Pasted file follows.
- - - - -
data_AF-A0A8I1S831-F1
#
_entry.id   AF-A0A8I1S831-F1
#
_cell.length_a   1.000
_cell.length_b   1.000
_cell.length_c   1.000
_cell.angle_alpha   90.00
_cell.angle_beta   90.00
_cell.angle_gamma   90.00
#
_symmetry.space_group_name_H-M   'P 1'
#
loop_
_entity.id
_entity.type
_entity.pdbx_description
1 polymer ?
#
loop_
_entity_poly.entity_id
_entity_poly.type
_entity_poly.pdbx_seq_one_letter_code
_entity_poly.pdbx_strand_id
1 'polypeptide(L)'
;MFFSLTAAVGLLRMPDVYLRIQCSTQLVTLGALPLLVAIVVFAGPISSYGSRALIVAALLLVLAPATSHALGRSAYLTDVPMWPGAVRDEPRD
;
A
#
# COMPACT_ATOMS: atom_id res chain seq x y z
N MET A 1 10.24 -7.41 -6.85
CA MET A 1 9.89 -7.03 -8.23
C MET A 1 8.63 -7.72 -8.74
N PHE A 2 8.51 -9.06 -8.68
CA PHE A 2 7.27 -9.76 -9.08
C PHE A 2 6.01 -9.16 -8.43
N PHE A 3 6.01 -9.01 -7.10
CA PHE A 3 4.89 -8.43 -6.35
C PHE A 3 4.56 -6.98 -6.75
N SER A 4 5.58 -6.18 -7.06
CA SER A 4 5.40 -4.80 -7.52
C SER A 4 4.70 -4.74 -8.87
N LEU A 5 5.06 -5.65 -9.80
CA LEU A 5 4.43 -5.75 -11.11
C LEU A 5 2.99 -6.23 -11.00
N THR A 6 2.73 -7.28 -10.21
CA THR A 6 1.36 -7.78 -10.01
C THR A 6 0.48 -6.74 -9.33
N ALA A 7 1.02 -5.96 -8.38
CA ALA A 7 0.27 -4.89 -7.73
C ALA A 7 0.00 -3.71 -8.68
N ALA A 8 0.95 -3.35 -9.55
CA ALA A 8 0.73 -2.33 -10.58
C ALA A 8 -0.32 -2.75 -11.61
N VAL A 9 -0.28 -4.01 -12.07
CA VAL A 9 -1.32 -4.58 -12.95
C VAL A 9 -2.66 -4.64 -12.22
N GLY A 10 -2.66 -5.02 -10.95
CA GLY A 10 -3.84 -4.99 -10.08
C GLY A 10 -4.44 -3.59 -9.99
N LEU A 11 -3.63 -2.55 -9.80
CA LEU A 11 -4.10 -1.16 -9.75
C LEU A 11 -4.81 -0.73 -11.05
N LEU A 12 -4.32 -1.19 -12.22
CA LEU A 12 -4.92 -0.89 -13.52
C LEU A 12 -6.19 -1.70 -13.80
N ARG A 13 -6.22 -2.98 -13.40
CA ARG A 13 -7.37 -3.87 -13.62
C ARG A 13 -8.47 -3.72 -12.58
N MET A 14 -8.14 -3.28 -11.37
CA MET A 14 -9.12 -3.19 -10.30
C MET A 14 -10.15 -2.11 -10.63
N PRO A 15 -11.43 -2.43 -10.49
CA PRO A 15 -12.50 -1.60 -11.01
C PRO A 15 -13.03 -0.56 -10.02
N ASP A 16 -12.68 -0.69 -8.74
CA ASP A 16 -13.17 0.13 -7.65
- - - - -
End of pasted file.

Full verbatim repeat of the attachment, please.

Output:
data_AF-A0A8I1S831-F1
#
_entry.id   AF-A0A8I1S831-F1
#
_cell.length_a   1.000
_cell.length_b   1.000
_cell.length_c   1.000
_cell.angle_alpha   90.00
_cell.angle_beta   90.00
_cell.angle_gamma   90.00
#
_symmetry.space_group_name_H-M   'P 1'
#
loop_
_entity.id
_entity.type
_entity.pdbx_description
1 polymer ?
#
loop_
_entity_poly.entity_id
_entity_poly.type
_entity_poly.pdbx_seq_one_letter_code
_entity_poly.pdbx_strand_id
1 'polypeptide(L)'
;MFFSLTAAVGLLRMPDVYLRIQCSTQLVTLGALPLLVAIVVFAGPISSYGSRALIVAALLLVLAPATSHALGRSAYLTDVPMWPGAVRDEPRD
;
A
#
# COMPACT_ATOMS: atom_id res chain seq x y z
N MET A 1 10.24 -7.41 -6.85
CA MET A 1 9.89 -7.03 -8.23
C MET A 1 8.63 -7.72 -8.74
N PHE A 2 8.51 -9.06 -8.68
CA PHE A 2 7.27 -9.76 -9.08
C PHE A 2 6.01 -9.16 -8.43
N PHE A 3 6.01 -9.01 -7.10
CA PHE A 3 4.89 -8.43 -6.35
C PHE A 3 4.56 -6.98 -6.75
N SER A 4 5.58 -6.18 -7.06
CA SER A 4 5.40 -4.80 -7.52
C SER A 4 4.70 -4.74 -8.87
N LEU A 5 5.06 -5.65 -9.80
CA LEU A 5 4.43 -5.75 -11.11
C LEU A 5 2.99 -6.23 -11.00
N THR A 6 2.73 -7.28 -10.21
CA THR A 6 1.36 -7.78 -10.01
C THR A 6 0.48 -6.74 -9.33
N ALA A 7 1.02 -5.96 -8.38
CA ALA A 7 0.27 -4.89 -7.73
C ALA A 7 0.00 -3.71 -8.68
N ALA A 8 0.95 -3.35 -9.55
CA ALA A 8 0.73 -2.33 -10.58
C ALA A 8 -0.32 -2.75 -11.61
N VAL A 9 -0.28 -4.01 -12.07
CA VAL A 9 -1.32 -4.58 -12.95
C VAL A 9 -2.66 -4.64 -12.22
N GLY A 10 -2.66 -5.02 -10.95
CA GLY A 10 -3.84 -4.99 -10.08
C GLY A 10 -4.44 -3.59 -9.99
N LEU A 11 -3.63 -2.55 -9.80
CA LEU A 11 -4.10 -1.16 -9.75
C LEU A 11 -4.81 -0.73 -11.05
N LEU A 12 -4.32 -1.19 -12.22
CA LEU A 12 -4.92 -0.89 -13.52
C LEU A 12 -6.19 -1.70 -13.80
N ARG A 13 -6.22 -2.98 -13.40
CA ARG A 13 -7.37 -3.87 -13.62
C ARG A 13 -8.47 -3.72 -12.58
N MET A 14 -8.14 -3.28 -11.37
CA MET A 14 -9.12 -3.19 -10.30
C MET A 14 -10.15 -2.11 -10.63
N PRO A 15 -11.43 -2.43 -10.49
CA PRO A 15 -12.50 -1.60 -11.01
C PRO A 15 -13.03 -0.56 -10.02
N ASP A 16 -12.68 -0.69 -8.74
CA ASP A 16 -13.17 0.13 -7.65